“Young Robot boy TIM-21 and his companions struggle to stay alive in a universe where all androids have been outlawed and bounty hunters lurk on every planet. Written by award-winning creator, Jeff Lemire, Descender is a rip-roaring and heart-felt cosmic odyssey. Lemire pits humanity against machine, and world against world, to create a sprawling epic. ”
Dune by Frank Herbert
There’s no way I could skip listing a book that I reread multiple times as a teenager, and that one day I will finally get around to rereading as an adult.
“Set in the far future amidst a sprawling feudal interstellar empire where planetary dynasties are controlled by noble houses that owe an allegiance to the imperial House Corrino, Dune tells the story of young Paul Atreides (the heir apparent to Duke Leto Atreides and heir of House Atreides) as he and his family accept control of the desert planet Arrakis, the only source of the ‘spice’ melange, the most important and valuable substance in the cosmos. The story explores the complex, multi-layered interactions of politics, religion, ecology, technology, and human emotion as the forces of the empire confront each other for control of Arrakis.”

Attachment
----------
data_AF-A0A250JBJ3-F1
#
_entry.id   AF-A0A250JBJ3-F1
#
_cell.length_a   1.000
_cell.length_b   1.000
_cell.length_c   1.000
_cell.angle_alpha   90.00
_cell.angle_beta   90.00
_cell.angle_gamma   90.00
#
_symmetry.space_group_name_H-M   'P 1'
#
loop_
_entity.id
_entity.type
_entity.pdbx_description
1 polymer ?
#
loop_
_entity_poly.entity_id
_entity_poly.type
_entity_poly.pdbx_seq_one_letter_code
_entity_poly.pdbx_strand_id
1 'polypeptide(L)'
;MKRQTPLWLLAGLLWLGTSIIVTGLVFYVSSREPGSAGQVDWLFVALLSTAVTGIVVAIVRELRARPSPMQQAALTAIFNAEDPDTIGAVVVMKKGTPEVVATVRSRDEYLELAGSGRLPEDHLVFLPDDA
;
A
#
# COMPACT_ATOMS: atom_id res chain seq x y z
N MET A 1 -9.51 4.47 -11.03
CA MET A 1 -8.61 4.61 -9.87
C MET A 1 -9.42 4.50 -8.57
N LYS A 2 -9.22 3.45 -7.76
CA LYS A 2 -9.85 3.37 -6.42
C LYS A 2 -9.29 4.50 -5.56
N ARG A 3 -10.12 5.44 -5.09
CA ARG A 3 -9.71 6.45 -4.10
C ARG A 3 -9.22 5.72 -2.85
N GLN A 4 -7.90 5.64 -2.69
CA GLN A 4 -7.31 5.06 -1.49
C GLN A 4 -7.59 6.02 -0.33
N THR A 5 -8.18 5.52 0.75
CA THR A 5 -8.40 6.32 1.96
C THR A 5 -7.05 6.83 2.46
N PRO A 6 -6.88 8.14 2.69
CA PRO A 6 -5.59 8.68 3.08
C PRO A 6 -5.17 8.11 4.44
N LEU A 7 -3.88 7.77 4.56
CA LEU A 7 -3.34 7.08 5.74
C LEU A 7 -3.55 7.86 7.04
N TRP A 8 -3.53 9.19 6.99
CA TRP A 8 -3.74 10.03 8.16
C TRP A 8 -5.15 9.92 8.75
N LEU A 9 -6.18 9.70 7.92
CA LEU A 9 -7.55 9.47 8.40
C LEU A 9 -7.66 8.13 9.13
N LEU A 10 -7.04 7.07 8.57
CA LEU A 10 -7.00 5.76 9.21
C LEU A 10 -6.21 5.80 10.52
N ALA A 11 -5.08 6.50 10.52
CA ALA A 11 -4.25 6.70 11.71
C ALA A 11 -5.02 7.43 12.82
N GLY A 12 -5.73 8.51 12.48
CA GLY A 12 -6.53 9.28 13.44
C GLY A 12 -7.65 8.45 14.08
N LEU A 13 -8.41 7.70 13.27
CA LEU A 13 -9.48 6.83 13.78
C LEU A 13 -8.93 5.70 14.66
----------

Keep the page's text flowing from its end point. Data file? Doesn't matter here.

Embassytown by China Mieville
China Mieville’s brain is one of the strangest on the planet, and in this one he’s given us aliens that don’t understand lies—and so much more.
“In the far future, humans have colonized a distant planet, home to the enigmatic Ariekei, sentient beings famed for a language unique in the universe, one that only a few altered human ambassadors can speak.
“Avice Benner Cho, a human colonist, has returned to Embassytown after years of deep-space adventure. She cannot speak the Ariekei tongue, but she is an indelible part of it, having long ago been made a figure of speech, a living simile in their language.